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People Before Profit NUIG have urged NUI Galway to significantly lower fees for the forthcoming academic year, given the impact of the ongoing pandemic. A recent report from RTÃ‰ suggests that universities have indicated no interest in dropping fees for the forthcoming academic year. This is not acceptable, fees are already outrageously high before taking into account the fact that the next academic year will be delivered largely online. PBP have stressed that this would be a massive mistake on behalf of the university.
Reports have emerged in the past couple of days that universities arenâ€™t planning to reduce fees, but if that is the line of thinking currently being taken within NUI Galway then they better start re-thinking. One thing that is an absolute certainty is that students are not going to lie down and take this easily. In years gone by, the university has continued to push the limits of student exploitation further and further, but I think the Cut The Rent protest earlier this year has shown that the student isnâ€™t going to accept that anymore. The last academic year was cut significantly short without any rebate on our extortionate fees, not just that but the highly contentious Student Levy was charged as well. This is despite the fact that students didnâ€™t have access to the facilities that this levy funds. Furthermore, the way that university fees have snowballed over the course of the last decade, in our supposedly free education system, is nothing short of extortionate. So if the university thinks that the student body is going to sit down quietly and pay well in excess of three thousand euro for courses consisting mainly of online classes they have another thing coming.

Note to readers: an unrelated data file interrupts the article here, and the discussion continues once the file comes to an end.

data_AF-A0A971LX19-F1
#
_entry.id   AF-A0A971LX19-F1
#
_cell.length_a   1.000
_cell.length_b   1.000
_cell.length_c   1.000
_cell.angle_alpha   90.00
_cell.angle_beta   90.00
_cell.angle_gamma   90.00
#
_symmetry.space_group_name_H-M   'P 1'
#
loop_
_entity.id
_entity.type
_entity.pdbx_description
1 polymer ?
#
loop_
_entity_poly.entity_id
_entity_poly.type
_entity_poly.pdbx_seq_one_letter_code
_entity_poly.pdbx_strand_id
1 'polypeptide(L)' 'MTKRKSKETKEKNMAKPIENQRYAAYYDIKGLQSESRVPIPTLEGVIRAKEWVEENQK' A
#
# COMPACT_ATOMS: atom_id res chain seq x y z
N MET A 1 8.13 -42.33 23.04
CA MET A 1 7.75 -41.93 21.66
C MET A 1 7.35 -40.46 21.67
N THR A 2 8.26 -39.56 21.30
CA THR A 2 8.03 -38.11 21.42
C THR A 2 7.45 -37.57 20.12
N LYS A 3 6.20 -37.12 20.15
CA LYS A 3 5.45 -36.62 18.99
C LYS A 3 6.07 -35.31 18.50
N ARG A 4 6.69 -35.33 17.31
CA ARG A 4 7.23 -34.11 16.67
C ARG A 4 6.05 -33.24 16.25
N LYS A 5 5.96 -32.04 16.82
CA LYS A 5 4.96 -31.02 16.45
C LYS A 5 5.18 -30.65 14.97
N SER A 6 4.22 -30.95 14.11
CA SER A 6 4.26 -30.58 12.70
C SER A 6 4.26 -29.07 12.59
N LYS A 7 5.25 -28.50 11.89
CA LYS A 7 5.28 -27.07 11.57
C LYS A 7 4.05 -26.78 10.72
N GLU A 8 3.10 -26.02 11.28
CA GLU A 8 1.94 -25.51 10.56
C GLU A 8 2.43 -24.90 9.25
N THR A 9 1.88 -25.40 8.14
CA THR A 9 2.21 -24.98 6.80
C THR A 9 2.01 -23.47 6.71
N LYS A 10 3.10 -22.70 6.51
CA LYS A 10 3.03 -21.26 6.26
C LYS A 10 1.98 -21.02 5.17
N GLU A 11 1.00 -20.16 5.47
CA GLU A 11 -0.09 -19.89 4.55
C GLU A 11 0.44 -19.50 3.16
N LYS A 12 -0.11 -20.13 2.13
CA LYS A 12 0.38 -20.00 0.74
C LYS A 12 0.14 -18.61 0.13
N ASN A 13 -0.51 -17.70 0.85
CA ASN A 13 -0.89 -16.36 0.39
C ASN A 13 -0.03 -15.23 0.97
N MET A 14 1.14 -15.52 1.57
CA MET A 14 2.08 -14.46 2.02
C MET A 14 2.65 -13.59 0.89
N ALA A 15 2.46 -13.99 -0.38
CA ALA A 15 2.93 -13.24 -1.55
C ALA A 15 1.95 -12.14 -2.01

It was claimed in the article published by RTÃ‰ that universities are a â€˜chronically under-funded sectorâ€™. However, having investigated the finances of NUI Galway I can assure you, that is not the case. NUI Galway, registered as a charity and taking in huge amounts of EU and government funding, takes in profits in the millions per annum. Furthermore, as of August 31st 2018, NUI Galway held reserves amounting to â‚¬257,999,000. The university will claim that fees cannot be reduced to counteract the loss of money from foreign students. However, that begs two questions. First of all, if such a large reserve cannot be dipped into in the emergency situation of a pandemic, then why is such a large reserve even being kept? Second of all, why is the running of our universities contingent upon the exploitation of foreign students? Perhaps if the university is concerned about the finances of reducing fees for the coming year they could start by reviewing why the president of the university of NUI Galway is on a higher rate of pay than An Taoiseach. This is particularly relevant given the provost of Trinity and the president of Maynooth were both given court orders to have their salaries reduced years ago, despite the fact that they earned less than the president of NUI Galway to begin with.
PBP NUIG are completely opposed to full fees being implemented for the coming academic year, and direct student action is inevitable if a reduction is not granted.
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